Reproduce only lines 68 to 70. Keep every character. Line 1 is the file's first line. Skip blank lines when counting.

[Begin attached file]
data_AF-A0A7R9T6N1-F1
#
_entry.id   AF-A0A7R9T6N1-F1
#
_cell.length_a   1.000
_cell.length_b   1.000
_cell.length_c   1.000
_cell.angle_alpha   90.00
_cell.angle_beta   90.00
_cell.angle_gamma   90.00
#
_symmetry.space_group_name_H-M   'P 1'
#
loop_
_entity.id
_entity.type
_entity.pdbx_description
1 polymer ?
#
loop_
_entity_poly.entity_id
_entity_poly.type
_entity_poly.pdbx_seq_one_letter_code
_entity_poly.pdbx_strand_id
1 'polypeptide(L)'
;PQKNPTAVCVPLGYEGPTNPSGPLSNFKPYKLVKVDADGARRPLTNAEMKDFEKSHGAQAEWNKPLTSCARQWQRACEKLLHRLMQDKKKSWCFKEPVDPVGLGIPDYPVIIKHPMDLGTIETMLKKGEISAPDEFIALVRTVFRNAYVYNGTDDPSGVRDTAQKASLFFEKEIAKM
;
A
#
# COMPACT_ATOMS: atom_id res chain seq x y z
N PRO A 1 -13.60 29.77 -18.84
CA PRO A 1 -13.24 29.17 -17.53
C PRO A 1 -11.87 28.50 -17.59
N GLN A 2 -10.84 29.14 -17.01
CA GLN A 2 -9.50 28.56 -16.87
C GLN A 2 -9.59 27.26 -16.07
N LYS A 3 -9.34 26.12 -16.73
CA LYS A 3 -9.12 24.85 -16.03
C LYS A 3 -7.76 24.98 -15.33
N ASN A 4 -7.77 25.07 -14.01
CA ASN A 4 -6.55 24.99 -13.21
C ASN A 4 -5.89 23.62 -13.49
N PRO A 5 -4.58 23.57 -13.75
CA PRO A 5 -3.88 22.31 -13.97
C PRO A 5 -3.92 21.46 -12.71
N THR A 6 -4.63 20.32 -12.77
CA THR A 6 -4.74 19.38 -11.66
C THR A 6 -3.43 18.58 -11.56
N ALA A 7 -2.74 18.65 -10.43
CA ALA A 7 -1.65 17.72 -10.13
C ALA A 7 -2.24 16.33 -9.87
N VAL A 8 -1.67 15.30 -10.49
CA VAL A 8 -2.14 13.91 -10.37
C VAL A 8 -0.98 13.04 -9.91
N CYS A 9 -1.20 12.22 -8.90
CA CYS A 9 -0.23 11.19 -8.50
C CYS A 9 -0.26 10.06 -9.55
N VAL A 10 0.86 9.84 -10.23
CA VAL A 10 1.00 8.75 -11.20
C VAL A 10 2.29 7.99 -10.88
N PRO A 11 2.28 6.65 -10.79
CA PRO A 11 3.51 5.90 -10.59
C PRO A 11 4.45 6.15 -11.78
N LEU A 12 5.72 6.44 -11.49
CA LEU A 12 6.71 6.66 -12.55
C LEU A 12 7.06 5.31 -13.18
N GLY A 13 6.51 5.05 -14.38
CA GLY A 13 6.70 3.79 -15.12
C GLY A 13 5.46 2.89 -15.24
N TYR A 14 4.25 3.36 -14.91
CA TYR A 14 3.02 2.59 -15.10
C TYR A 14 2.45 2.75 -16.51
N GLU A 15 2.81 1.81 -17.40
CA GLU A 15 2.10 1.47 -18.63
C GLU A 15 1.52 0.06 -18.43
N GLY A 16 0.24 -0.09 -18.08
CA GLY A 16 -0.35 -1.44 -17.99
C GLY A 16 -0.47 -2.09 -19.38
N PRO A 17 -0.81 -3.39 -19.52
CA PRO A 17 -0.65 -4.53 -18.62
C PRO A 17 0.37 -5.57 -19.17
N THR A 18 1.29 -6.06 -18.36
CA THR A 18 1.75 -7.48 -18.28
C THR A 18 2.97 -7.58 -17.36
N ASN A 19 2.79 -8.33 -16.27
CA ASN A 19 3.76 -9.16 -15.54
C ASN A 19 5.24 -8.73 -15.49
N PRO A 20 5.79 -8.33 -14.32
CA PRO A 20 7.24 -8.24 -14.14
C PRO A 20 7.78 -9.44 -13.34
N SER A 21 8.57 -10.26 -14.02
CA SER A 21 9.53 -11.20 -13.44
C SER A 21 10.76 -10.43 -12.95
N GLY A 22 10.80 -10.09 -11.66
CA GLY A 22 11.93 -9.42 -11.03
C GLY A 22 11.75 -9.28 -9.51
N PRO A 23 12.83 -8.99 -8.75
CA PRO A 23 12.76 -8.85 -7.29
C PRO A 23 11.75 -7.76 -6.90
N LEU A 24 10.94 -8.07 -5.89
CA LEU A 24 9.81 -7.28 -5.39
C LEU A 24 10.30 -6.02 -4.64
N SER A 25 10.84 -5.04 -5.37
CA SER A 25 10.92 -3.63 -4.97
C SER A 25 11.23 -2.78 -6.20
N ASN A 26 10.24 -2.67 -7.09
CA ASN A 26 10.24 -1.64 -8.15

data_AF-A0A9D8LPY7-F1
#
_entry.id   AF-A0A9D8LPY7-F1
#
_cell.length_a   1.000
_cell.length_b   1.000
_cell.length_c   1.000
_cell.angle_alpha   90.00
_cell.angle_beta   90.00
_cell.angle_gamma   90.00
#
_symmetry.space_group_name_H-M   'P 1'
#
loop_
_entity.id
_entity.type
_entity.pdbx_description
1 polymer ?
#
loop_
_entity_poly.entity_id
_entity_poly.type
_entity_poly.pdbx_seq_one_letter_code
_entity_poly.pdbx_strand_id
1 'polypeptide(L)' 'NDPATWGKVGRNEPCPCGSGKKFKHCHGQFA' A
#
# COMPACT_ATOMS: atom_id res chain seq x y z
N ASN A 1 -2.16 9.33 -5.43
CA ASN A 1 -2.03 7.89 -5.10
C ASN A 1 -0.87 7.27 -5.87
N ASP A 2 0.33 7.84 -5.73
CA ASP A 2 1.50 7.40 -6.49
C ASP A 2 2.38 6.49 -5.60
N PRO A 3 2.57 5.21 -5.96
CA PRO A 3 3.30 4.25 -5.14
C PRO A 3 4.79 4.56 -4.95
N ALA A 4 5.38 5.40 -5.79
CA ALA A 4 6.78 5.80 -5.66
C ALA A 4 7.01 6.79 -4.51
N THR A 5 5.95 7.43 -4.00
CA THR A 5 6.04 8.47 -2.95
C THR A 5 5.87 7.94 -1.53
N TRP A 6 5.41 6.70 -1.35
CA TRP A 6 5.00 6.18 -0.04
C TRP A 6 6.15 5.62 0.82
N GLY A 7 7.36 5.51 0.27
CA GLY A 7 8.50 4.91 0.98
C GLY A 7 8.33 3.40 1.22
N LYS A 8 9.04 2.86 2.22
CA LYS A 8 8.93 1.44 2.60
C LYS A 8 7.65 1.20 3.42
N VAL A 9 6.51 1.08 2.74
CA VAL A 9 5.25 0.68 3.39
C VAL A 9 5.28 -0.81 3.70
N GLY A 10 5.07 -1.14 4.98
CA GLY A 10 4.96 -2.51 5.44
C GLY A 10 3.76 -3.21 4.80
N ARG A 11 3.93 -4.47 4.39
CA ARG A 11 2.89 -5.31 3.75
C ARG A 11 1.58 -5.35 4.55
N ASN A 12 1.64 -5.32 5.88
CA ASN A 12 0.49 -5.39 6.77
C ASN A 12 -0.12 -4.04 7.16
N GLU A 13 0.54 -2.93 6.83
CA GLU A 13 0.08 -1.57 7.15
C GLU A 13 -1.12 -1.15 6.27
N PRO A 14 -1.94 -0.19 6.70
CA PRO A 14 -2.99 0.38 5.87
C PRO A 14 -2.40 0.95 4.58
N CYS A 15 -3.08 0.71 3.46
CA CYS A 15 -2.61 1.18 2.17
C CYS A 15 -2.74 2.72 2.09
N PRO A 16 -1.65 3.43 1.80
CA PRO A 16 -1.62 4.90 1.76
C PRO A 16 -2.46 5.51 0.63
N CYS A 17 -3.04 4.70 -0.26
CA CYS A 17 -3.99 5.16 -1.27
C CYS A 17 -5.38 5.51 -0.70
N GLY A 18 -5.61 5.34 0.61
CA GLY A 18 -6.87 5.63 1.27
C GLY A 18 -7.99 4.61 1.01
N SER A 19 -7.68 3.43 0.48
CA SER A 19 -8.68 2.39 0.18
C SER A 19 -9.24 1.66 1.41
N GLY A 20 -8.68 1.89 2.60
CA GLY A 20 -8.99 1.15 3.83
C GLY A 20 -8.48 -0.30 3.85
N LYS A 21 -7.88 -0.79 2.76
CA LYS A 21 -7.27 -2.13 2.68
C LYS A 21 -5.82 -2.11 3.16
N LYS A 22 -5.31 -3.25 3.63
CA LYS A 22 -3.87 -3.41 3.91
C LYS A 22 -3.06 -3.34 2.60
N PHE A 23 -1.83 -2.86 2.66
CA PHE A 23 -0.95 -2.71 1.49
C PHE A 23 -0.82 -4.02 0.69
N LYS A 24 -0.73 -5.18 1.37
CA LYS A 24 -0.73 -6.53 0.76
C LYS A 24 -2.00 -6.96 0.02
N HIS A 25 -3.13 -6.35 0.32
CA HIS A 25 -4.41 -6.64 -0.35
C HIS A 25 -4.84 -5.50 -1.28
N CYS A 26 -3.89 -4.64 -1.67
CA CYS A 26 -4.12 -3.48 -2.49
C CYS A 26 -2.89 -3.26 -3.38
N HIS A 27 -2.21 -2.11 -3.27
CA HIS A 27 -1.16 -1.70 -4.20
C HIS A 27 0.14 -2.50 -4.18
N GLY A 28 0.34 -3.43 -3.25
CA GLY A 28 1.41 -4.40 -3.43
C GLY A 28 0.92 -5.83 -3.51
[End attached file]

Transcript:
CA GLY A 13 6.70 3.79 -15.12
C GLY A 13 5.46 2.89 -15.24
N TYR A 14 4.25 3.36 -14.91